From a statistical standpoint, Keiton Page and T.J. Franklin could not possibly be any different. At the same time, they could not possibly be more alike. They are two seniors beloved by their teammates and coaches. They are two seniors considered within their respective programs as unquestioned leaders, guys who always say and do the right thing. They are two seniors who represent the best of college athletics.

This is not a story just about a household name and a walk-on. It is a story about two seniors who saw their careers end in the span of 24 hours in Kansas City, Missouri. A story about what it’s like to pour your entire life into one sport and see it all evaporate in the matter of two hours. A story about how Page and Franklin are entirely different and yet entirely the same. Read the rest of this entry »

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Pac-12 Morning Five: 03.28.12 Edition

Posted by AMurawa on March 28th, 2012

  1. Despite all the struggles that the Pac-12 went through this season, the conference came into Tuesday night with the most teams of any conference in the nation still playing basketball. Unfortunately, none of those teams were in the NCAA Tournament, with two in the NIT and one in the CBI. And, the results last night trimmed the number of Pac-12 teams to just two. Stanford is among those two, as it took care of business in the matinee at Madison Square Garden, knocking off Massachusetts 74-64 behind 13 second-half points from sophomore wing Anthony Brown, part of his game-high 18. However, in the nightcap, Washington fell in overtime to Minnesota, nixing the chances of an all-Pac-12 final. Terrence Ross led the Huskies with 21 points, but now UW fans have to hold their collective breath as they wait to see if he and/or freshman Tony Wroten will enter their names into the NBA Draft, as expected. The Gophers move on to face the Cardinal for the NIT title on Thursday night.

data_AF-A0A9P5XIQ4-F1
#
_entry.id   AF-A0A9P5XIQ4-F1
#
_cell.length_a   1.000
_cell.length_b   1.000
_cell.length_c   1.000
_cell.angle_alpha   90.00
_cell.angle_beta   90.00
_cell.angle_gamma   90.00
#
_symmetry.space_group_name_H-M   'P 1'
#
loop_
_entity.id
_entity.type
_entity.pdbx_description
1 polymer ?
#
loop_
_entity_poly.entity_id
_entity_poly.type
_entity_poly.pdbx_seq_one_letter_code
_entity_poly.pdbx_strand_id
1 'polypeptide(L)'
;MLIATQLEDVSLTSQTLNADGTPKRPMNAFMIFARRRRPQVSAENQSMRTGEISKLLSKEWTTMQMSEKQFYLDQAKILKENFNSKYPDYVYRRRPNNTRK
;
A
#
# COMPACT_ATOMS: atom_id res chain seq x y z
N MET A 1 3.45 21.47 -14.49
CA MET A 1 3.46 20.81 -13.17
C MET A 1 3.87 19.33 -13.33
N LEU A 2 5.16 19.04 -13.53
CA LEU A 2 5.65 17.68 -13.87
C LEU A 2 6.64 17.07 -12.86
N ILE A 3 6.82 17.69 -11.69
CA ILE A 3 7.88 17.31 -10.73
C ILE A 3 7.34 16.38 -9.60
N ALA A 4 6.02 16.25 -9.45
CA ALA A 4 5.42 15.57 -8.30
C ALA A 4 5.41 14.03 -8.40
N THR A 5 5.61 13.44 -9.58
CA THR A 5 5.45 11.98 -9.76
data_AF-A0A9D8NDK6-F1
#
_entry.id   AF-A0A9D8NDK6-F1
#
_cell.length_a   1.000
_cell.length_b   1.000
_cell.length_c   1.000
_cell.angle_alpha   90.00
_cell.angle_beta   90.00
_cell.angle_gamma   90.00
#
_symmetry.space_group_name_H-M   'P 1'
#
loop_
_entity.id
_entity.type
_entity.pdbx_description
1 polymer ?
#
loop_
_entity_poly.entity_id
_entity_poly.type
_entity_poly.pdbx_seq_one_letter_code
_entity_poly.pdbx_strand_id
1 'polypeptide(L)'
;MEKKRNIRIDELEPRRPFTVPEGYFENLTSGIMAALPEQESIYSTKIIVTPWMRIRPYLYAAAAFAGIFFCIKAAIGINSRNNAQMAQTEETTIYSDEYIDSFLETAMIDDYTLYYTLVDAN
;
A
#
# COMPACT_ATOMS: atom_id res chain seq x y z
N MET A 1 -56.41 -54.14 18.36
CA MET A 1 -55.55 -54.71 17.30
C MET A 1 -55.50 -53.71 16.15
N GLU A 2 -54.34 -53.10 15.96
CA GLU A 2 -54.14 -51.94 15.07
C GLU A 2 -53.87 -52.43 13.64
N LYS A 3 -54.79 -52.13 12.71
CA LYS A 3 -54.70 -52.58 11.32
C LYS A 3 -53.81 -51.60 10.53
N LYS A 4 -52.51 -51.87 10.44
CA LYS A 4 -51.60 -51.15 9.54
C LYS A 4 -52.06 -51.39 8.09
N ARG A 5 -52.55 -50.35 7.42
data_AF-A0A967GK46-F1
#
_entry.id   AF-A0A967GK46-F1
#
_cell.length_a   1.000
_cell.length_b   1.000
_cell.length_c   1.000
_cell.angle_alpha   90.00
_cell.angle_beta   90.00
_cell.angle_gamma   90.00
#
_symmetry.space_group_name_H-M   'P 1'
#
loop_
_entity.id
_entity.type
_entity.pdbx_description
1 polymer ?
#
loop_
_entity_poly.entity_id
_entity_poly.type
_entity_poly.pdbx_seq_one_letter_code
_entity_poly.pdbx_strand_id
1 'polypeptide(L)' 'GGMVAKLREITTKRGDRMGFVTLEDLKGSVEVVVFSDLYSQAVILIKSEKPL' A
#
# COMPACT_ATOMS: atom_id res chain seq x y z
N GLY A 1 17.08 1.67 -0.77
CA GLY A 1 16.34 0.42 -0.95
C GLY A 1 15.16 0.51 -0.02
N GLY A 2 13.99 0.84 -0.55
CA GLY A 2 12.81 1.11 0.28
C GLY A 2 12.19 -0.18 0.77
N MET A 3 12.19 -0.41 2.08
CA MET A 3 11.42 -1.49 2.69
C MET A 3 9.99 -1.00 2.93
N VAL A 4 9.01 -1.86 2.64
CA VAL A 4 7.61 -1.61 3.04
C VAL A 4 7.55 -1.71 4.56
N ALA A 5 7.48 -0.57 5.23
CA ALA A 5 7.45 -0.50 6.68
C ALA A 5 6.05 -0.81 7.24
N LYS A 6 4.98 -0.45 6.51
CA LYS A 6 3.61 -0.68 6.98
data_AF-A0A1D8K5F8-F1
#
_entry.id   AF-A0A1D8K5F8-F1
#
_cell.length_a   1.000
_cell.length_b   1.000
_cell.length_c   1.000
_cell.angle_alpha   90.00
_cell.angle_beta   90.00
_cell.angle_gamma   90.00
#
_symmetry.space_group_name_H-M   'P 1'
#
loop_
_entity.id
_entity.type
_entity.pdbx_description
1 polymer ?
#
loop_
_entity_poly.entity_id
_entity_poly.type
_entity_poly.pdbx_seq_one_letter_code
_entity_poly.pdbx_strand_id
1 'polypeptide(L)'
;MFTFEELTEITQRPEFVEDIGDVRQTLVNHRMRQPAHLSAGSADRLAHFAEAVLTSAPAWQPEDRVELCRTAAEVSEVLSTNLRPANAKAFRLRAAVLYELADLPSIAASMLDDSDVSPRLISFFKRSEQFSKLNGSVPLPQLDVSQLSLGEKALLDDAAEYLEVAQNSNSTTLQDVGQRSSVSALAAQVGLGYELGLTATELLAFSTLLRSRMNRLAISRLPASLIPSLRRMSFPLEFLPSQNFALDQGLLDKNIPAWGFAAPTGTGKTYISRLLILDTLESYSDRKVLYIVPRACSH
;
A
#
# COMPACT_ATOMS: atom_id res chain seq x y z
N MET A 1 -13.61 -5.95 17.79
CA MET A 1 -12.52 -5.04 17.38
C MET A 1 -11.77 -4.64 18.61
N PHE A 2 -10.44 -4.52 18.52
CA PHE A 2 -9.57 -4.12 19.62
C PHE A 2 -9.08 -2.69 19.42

2. While Pac-12 teams are shut out of this weekend’s Final Four in New Orleans, there is some representation in the weekend’s festivities, as Oregon’s Devoe Joseph and California’s Jorge Gutierrez will both play in the Reese’s Division I College All-Star game on Friday. Meanwhile, Duck fans will also be able to root for Olu Ashaolu in the State Farm Slam Dunk content, on Thursday night.
  3. Despite a difficult season but as we expected all along, there does not appear to be any forthcoming changes in the head coaching positions at any of the Pac-12 schools. Still, every time a new position opens up, certain Pac-12 coaches are mentioned in connection with those jobs. Dana Altman’s name was floated in relation to the Nebraska job, Johnny Dawkins has been suggested as a possibility at Illinois, as has Lorenzo Romar, and now Tad Boyle is rumored to be a possibility at Kansas State. Luckily, most fan bases around the conference can see right through these rumors. The Husky Haul takes umbrage at the idea that Romar’s name gets mentioned seemingly every time any other big position comes open. And likewise, The Ralphie Report laughs off the notion that Boyle is going to walk out on a young and talented Colorado team with a bright future. While either of those guys may leave their respective institutions at some point in the future, Illinois and Kansas State are not going to be the places to steal them away.